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PostSubject: 8 chess tactics to remember for a successful attack   8 chess tactics to remember for a successful attack I_icon_minitimeThu Sep 09, 2010 6:08 pm

It is my view that there are more books, articles and discussions on chess openings than those on chess tactics for attacking enemy positions. One reason may be the that it is easier to talk about chess openings than about chess attacks!

Chess openings have certain specific ideas behind them (control of center, coordinated development of pieces, creating more space etc.) and it is possible to foresee the ways you can realize those ideas. The process is more of chess strategy than of Chess tactics.

But chess attacks are mainly the result of chess tactics arising out of a position reached on the chessboard. The position is an outcome of the right and wrong moves on your part as well as on the opponent’s. These situations occur mostly in the middle games when the number of possible moves and countermoves are so large that chess pundits, after analyzing past chess games over some depth, end up by saying “… after which the position is unclear”!

Does it mean that a chess attack cannot be pre-planned and it just happens on the chessboard? Yes and No. Yes, because every chess game is different and so are positions from point to point, needing new thinking on the part of both players. No, because though the positions are different, there are some underlying themes that recur. If you know about these and can identify them on the chessboard, you can go about in a methodical way to exploit the opportunity. These chess tactics should be remembered to initiate your attack at the right moment.

Isn’t it important to learn chess openings? They are, but not that important to be successful in your chess play unless you make some very bad moves. Even if your opening moves are just indifferent, you can come out on top with good attacking tactics.

So, what are these chess tactics for attack?

1. Develop your analytical ability by going through chess problems, real-life situations or composed ones.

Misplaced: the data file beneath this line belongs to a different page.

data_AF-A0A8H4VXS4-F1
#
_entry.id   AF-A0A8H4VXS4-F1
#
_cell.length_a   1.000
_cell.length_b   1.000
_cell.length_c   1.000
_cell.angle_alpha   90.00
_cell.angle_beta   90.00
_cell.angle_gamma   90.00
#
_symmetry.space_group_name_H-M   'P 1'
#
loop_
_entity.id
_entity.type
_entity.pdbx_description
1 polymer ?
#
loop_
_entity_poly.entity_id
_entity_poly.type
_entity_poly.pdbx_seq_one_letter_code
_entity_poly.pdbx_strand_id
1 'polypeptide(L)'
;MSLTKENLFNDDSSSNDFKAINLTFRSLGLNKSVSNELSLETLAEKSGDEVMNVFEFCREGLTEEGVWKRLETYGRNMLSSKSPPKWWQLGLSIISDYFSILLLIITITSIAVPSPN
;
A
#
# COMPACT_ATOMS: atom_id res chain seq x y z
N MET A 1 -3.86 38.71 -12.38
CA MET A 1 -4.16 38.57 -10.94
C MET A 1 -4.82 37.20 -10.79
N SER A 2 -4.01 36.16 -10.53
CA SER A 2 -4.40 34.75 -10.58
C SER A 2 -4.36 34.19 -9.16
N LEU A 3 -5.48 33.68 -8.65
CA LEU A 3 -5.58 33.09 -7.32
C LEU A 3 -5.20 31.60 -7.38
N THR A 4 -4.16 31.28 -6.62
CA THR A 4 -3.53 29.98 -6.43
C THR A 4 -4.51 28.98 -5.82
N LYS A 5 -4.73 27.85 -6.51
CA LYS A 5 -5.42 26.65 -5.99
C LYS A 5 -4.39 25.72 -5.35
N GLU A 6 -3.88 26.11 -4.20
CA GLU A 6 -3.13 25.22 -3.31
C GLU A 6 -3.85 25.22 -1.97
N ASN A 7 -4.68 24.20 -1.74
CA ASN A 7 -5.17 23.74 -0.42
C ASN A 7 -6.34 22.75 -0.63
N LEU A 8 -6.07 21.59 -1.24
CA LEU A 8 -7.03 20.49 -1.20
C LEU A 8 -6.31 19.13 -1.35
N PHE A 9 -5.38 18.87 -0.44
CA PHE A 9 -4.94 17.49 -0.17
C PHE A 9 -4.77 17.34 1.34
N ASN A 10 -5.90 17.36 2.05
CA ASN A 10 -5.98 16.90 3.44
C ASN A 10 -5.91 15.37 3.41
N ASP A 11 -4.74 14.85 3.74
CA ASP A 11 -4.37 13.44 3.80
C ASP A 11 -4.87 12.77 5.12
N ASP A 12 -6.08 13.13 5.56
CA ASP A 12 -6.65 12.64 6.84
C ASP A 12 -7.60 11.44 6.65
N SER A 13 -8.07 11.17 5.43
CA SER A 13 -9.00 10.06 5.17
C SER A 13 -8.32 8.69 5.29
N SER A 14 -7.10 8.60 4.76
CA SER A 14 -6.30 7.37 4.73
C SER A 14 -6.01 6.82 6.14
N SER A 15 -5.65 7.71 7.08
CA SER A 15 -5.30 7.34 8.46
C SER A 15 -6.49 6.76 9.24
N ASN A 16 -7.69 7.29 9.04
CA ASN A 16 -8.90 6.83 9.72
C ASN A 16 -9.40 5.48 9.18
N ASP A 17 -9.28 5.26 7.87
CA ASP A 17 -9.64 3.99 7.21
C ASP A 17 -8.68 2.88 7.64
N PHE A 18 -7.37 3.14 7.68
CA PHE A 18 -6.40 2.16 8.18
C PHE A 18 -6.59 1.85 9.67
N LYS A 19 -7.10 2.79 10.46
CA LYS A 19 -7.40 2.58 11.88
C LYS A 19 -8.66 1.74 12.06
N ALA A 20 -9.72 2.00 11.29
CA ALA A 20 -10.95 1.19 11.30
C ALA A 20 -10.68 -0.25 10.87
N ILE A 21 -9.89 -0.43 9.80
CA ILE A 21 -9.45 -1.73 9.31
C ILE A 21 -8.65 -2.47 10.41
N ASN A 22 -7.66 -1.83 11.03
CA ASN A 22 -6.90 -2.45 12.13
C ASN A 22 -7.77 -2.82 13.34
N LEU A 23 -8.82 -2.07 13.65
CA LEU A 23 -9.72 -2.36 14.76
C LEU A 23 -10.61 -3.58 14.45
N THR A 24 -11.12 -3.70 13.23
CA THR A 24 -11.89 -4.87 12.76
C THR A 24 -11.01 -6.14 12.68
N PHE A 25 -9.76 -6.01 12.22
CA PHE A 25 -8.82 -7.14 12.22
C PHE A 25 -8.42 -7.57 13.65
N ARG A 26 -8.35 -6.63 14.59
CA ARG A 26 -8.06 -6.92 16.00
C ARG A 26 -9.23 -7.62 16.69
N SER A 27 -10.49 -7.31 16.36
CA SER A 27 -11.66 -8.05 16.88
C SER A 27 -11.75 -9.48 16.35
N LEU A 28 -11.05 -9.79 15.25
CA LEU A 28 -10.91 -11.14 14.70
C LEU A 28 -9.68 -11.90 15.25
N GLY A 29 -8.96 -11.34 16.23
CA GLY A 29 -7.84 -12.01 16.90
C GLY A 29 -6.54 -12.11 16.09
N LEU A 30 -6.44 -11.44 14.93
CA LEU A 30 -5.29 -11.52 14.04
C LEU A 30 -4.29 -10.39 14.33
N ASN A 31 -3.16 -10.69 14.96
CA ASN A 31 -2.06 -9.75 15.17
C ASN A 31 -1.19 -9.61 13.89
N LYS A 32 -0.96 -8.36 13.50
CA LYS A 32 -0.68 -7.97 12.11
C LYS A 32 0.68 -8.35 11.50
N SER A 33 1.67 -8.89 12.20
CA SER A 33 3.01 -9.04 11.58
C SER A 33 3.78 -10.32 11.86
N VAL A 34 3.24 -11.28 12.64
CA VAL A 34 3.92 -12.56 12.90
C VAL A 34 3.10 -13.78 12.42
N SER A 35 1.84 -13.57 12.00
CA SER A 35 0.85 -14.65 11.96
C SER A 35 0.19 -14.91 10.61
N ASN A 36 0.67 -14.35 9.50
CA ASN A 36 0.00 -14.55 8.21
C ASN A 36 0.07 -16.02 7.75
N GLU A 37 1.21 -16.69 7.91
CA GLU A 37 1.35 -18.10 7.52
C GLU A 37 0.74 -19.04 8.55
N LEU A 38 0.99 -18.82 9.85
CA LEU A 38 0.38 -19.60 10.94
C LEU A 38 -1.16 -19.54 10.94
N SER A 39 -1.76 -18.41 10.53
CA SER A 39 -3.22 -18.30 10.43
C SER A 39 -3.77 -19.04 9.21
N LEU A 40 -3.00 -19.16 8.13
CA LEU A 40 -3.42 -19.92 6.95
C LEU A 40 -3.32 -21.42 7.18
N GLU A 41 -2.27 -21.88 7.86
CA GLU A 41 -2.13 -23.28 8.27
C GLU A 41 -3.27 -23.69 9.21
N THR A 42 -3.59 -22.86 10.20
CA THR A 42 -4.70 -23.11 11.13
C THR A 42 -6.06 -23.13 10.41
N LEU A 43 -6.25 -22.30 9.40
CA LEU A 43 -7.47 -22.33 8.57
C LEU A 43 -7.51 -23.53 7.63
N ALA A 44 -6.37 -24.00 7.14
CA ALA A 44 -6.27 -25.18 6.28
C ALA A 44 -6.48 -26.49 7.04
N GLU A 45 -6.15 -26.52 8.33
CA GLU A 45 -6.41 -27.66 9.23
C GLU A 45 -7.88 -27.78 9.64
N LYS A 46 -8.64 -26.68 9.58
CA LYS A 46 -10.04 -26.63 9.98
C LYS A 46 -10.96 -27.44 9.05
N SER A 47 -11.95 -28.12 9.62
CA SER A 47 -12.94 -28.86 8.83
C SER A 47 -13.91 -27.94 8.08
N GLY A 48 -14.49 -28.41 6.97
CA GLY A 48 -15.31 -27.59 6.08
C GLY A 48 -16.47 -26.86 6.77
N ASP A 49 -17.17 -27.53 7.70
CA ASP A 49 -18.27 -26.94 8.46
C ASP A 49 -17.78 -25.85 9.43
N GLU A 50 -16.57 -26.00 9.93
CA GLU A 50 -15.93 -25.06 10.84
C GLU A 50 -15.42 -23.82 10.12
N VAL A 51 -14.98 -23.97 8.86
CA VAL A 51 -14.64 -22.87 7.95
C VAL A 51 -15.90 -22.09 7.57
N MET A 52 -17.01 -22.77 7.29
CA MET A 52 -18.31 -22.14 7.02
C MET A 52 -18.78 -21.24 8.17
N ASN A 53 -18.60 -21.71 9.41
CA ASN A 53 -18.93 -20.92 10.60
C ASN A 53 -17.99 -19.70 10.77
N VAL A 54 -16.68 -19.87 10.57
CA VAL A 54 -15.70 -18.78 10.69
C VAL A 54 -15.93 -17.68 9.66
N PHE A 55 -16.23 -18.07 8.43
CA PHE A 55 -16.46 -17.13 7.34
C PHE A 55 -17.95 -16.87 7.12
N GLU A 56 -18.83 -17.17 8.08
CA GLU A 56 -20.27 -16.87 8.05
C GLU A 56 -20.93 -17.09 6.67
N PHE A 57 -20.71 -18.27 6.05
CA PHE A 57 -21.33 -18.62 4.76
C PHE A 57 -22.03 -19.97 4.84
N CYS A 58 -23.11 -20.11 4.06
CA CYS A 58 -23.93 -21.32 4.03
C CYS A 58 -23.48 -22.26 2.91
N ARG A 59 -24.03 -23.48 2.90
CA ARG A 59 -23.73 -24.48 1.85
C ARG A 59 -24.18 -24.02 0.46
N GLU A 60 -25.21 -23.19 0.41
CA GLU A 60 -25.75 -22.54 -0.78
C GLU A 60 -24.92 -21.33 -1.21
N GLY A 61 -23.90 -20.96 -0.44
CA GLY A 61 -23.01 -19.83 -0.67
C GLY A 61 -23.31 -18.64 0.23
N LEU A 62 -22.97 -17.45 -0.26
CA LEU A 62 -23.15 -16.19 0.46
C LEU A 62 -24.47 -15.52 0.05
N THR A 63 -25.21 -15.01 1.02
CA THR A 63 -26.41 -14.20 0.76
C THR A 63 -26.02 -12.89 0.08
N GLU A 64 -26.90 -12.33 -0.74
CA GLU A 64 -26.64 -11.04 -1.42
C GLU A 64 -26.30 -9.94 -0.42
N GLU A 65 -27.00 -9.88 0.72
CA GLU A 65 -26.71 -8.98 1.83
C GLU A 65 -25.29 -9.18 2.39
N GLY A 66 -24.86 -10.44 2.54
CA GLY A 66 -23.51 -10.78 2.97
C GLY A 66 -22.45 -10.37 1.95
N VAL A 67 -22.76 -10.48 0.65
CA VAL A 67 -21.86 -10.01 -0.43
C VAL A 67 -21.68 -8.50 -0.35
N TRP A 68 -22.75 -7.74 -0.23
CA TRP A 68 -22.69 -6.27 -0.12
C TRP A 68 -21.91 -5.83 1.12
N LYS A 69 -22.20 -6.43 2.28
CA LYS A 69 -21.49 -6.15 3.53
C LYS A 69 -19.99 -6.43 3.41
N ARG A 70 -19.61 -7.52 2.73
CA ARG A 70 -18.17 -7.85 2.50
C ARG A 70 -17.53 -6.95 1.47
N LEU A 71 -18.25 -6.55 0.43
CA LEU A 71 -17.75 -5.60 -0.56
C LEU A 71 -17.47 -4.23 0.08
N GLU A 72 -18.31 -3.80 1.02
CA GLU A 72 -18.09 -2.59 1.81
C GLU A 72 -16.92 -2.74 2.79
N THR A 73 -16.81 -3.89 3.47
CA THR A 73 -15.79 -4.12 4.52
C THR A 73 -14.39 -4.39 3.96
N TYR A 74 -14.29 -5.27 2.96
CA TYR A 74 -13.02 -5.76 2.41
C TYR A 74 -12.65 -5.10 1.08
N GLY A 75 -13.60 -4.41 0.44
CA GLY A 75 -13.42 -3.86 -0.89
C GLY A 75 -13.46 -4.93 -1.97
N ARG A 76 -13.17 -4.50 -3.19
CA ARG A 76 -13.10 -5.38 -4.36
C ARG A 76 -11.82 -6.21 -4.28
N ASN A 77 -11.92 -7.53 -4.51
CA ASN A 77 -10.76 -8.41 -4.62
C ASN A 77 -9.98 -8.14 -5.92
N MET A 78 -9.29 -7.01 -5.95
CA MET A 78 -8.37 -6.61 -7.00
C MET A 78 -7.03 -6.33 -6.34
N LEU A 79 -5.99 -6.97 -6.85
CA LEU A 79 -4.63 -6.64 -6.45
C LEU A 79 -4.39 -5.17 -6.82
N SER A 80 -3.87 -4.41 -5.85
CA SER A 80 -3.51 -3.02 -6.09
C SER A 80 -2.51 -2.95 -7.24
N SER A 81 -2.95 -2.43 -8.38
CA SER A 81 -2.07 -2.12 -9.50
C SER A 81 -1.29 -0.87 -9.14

Since the main part of an attacking chess tactics is spread over a few moves in most cases, you should be able to calculate carefully to assess the possible outcome. Identify the best moves available, analyze each one sequentially to subsequent positions and moves, and choose the most promising line out of these options.

2. A check or a capture usually comprises an attacking chess tactics. So you should look for such possibilities to get ideas that can be examined in detail.

3. Complete yor preparations. “>A failed attack merely ruins your positions or options, so launch the attack if you have a good chance to succeed.

4. Timing your attack is very important.

Success in your attack will depend on certain ideas taking shape like opening of some file, achieving a better coordination of your pieces, getting a good position for your attacking pawns or pieces, inability of your opponent to take a defensive measure etc. If you launch your attack at this point, you are likely to succeed. Too early – your preparations are incomplete, too late – oppponent has rallied his defenses or launched a counterattack.

5. Always try to retain your tempo or initiative to push through your attack. This ties up with the timing factor.

6. Identify weak positions in opponent’s position to target your attack. It may be a weak pawn structure, weakened castle, exposed enemy King, uncastled King, Rook/Queen/king under a pin etc.

7. Try to mobilize your pieces to achieve a superiority in power. Usually about three pieces (more the better!) need to participate together for a sustained attack.

8. When starting an attack, do not overlook your own defenses. A counterattack by your opponent on your weak areas may nullify your attacking moves.

But here the timing factor often becomes very important. Games abound where the successful attack was just one move ahead of opponent’s counterattack so that the initiative always remained with the first player to reach the winning position. One slip, and the enemy would get the upper hand.

All these may look fairly common sense to you, but as one cynic remarked, common sense is often very uncommon!

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